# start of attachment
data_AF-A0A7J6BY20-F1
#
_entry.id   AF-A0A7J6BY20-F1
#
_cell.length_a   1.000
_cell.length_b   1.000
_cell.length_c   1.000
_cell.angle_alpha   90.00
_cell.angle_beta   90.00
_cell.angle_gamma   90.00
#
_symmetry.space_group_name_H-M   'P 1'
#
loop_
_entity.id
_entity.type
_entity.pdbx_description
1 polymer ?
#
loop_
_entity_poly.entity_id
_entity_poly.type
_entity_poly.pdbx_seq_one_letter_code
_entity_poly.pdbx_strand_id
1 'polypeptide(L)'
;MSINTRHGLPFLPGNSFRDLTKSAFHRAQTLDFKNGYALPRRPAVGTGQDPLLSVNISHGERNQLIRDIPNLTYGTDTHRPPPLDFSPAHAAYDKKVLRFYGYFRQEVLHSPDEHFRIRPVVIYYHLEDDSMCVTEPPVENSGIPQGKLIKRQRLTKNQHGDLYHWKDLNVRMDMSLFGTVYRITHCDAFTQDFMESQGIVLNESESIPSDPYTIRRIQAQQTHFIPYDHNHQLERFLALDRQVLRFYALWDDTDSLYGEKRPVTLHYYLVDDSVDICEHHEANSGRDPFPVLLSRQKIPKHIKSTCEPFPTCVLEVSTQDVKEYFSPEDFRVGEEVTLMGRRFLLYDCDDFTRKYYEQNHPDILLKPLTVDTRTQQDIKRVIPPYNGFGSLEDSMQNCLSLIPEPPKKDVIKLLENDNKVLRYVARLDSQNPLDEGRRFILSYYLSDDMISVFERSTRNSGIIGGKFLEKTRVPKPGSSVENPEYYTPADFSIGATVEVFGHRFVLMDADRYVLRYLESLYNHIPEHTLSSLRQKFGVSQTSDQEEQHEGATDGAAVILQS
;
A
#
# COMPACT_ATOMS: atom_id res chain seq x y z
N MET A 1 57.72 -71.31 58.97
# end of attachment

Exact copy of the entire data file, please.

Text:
data_AF-A0A7J6BY20-F1
#
_entry.id   AF-A0A7J6BY20-F1
#
_cell.length_a   1.000
_cell.length_b   1.000
_cell.length_c   1.000
_cell.angle_alpha   90.00
_cell.angle_beta   90.00
_cell.angle_gamma   90.00
#
_symmetry.space_group_name_H-M   'P 1'
#
loop_
_entity.id
_entity.type
_entity.pdbx_description
1 polymer ?
#
loop_
_entity_poly.entity_id
_entity_poly.type
_entity_poly.pdbx_seq_one_letter_code
_entity_poly.pdbx_strand_id
1 'polypeptide(L)'
;MSINTRHGLPFLPGNSFRDLTKSAFHRAQTLDFKNGYALPRRPAVGTGQDPLLSVNISHGERNQLIRDIPNLTYGTDTHRPPPLDFSPAHAAYDKKVLRFYGYFRQEVLHSPDEHFRIRPVVIYYHLEDDSMCVTEPPVENSGIPQGKLIKRQRLTKNQHGDLYHWKDLNVRMDMSLFGTVYRITHCDAFTQDFMESQGIVLNESESIPSDPYTIRRIQAQQTHFIPYDHNHQLERFLALDRQVLRFYALWDDTDSLYGEKRPVTLHYYLVDDSVDICEHHEANSGRDPFPVLLSRQKIPKHIKSTCEPFPTCVLEVSTQDVKEYFSPEDFRVGEEVTLMGRRFLLYDCDDFTRKYYEQNHPDILLKPLTVDTRTQQDIKRVIPPYNGFGSLEDSMQNCLSLIPEPPKKDVIKLLENDNKVLRYVARLDSQNPLDEGRRFILSYYLSDDMISVFERSTRNSGIIGGKFLEKTRVPKPGSSVENPEYYTPADFSIGATVEVFGHRFVLMDADRYVLRYLESLYNHIPEHTLSSLRQKFGVSQTSDQEEQHEGATDGAAVILQS
;
A
#
# COMPACT_ATOMS: atom_id res chain seq x y z
N MET A 1 57.72 -71.31 58.97